Exploring ethical leadership practices in challenging township school contexts: a multiple case study.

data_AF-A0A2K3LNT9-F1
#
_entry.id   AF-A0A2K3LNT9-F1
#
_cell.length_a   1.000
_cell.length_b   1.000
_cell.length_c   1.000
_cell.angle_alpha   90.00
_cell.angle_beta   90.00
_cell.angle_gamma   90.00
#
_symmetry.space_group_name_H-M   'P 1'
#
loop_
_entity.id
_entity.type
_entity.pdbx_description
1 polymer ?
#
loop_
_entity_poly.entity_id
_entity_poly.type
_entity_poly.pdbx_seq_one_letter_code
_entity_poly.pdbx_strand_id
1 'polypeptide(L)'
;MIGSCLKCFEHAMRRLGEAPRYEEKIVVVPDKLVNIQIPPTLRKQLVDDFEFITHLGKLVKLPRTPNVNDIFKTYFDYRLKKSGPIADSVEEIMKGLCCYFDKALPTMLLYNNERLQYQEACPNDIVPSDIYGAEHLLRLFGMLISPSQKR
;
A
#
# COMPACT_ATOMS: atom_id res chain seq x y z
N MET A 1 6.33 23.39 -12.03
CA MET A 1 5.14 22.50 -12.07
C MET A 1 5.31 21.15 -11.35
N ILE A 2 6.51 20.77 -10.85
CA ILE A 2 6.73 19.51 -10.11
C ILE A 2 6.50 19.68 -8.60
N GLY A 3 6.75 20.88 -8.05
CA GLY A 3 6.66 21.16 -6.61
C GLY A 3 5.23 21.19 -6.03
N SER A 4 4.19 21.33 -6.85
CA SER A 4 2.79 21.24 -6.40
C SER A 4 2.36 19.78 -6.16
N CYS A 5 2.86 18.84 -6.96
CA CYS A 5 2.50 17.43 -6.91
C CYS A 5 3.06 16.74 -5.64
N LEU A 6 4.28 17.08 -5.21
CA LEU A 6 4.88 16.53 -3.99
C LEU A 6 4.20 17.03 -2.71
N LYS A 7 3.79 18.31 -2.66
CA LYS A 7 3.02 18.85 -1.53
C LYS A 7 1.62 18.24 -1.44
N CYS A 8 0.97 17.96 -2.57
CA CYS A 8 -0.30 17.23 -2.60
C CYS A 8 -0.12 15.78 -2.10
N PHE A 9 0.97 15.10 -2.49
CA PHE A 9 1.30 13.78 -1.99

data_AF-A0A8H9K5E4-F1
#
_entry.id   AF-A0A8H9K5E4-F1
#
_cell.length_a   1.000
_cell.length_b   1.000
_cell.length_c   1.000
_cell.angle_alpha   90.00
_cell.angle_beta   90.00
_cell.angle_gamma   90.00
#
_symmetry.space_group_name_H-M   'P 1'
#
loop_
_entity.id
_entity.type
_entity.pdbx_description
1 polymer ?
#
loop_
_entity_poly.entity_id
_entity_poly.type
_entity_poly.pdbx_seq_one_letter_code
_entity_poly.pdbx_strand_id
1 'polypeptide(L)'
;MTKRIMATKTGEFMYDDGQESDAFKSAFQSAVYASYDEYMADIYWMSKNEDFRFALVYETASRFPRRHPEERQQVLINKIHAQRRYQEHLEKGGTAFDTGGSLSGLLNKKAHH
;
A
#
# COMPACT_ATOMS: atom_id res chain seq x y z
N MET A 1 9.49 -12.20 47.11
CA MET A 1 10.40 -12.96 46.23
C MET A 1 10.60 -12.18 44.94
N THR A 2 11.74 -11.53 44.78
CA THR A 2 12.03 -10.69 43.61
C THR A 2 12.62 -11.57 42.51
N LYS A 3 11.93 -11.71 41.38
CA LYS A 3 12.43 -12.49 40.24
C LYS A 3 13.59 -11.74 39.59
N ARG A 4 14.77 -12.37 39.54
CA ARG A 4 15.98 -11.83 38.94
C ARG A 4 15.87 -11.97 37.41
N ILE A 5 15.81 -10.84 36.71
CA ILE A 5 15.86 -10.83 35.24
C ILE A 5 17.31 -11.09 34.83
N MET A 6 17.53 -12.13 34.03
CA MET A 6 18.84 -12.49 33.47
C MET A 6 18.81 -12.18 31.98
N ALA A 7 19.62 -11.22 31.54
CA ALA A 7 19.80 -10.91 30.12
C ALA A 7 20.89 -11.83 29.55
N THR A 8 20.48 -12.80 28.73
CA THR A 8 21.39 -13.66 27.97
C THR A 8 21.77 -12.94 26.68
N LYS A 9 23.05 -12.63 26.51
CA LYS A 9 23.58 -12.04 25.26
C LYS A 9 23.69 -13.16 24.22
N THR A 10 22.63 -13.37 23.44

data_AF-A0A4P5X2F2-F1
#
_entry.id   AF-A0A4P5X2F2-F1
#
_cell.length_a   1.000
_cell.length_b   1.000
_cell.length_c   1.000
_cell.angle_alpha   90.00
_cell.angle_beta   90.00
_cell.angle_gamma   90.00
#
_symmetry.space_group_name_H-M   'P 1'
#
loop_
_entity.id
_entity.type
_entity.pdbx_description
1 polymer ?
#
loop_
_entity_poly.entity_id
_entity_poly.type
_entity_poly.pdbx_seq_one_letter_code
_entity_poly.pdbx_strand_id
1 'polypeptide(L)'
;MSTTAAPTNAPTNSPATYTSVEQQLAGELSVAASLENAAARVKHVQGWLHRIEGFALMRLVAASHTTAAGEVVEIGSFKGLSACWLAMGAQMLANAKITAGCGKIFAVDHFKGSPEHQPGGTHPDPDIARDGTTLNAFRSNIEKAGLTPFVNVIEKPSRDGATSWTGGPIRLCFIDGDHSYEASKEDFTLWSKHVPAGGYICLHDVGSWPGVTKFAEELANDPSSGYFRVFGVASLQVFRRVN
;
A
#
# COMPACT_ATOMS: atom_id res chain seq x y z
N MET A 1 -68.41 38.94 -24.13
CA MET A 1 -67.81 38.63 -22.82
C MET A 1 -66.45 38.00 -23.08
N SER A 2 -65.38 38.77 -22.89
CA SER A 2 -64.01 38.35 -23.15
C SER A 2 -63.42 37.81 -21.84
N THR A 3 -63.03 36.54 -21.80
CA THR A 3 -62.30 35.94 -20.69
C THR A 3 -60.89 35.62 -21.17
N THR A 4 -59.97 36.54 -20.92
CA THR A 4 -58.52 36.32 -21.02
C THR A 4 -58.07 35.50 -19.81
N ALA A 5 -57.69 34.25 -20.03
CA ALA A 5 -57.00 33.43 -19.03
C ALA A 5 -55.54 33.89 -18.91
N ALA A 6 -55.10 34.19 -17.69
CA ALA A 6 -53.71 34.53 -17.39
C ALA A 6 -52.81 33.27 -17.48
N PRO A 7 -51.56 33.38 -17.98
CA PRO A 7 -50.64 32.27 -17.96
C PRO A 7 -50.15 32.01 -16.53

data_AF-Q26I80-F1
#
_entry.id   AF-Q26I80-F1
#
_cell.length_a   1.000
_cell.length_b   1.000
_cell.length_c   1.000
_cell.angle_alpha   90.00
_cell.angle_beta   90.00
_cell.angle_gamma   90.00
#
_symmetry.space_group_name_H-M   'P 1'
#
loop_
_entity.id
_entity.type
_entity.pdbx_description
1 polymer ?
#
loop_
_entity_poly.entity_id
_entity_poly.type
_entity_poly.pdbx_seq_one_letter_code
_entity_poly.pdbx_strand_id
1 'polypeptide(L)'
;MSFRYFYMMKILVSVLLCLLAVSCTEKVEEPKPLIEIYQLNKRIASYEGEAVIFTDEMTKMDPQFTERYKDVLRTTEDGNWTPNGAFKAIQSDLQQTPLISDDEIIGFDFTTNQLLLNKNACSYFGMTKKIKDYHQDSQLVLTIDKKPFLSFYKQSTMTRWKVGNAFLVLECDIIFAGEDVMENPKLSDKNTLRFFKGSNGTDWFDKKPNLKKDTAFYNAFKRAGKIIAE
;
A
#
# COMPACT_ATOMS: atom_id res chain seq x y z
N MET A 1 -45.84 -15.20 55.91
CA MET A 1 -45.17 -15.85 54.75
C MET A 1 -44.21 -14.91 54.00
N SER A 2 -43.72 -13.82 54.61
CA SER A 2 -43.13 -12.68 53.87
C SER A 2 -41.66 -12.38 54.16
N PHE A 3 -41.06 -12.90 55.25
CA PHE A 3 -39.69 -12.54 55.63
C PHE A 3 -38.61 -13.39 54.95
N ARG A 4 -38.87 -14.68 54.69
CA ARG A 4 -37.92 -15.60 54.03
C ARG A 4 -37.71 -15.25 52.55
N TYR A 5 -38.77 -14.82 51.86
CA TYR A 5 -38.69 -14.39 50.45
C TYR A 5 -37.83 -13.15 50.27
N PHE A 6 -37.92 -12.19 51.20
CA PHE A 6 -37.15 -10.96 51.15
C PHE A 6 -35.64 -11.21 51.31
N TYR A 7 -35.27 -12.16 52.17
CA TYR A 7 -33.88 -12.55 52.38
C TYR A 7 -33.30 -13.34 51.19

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This qualitative and interpretivist study sought to explore the conceptualisation and enactment of ethical leadership by school principals and teachers in challenging township school contexts. A multiple case study was conducted with six school principals and twelve post level 1 educators in the Pinetown District, KwaZulu-Natal. The study was underpinned by these frameworks: Shapiro and Stefkovich’s (2005) Multiple Ethical Paradigm and Khoza’s (2011) Attuned Leadership: African Humanism. Purposive sampling was used to identify the research participants, while semi-structured interviews were employed to generate data which was analysed thematically. The findings show that school principals and post level 1 educators had a profound understanding of ethics (propriety, compassion, care, empathy, honest and trustworthiness, role modelling; collaboration and teamwork); however, these were not properly practised in the schools. The participants understood the need to nurture and foster an ethical environment, yet this seemed elusive or difficult to implement. A code of ethics and better communication were suggested as necessary for the creation of trust and elimination of conflicts in the workplace. The findings further show that some unethical practices were caused partly by the pressure to achieve set departmental academic results and standards, greed in schools, and poor monitoring at all levels in the system. Further, the lack of secure and reliable platforms to report unethical practices was raised as a serious hindrance to ethical leadership in schools. While the study findings acknowledge the overwhelming impact of contextual factors on ethical leadership practices in the researched schools, successful, visionary and ethical school leaders should nonetheless have the courage to stand for what is right, be able to adapt, reflect, transform and influence the context to promote school success, they should not be constrained by it. Hence, despite the challenging nature of the township school contexts and the tumultuous, corrupt environment the research participants face they should maintain unimpeachable honesty and integrity if their schools are not only to survive the challenging times but to remain vibrant and flourishing centres of academic excellence.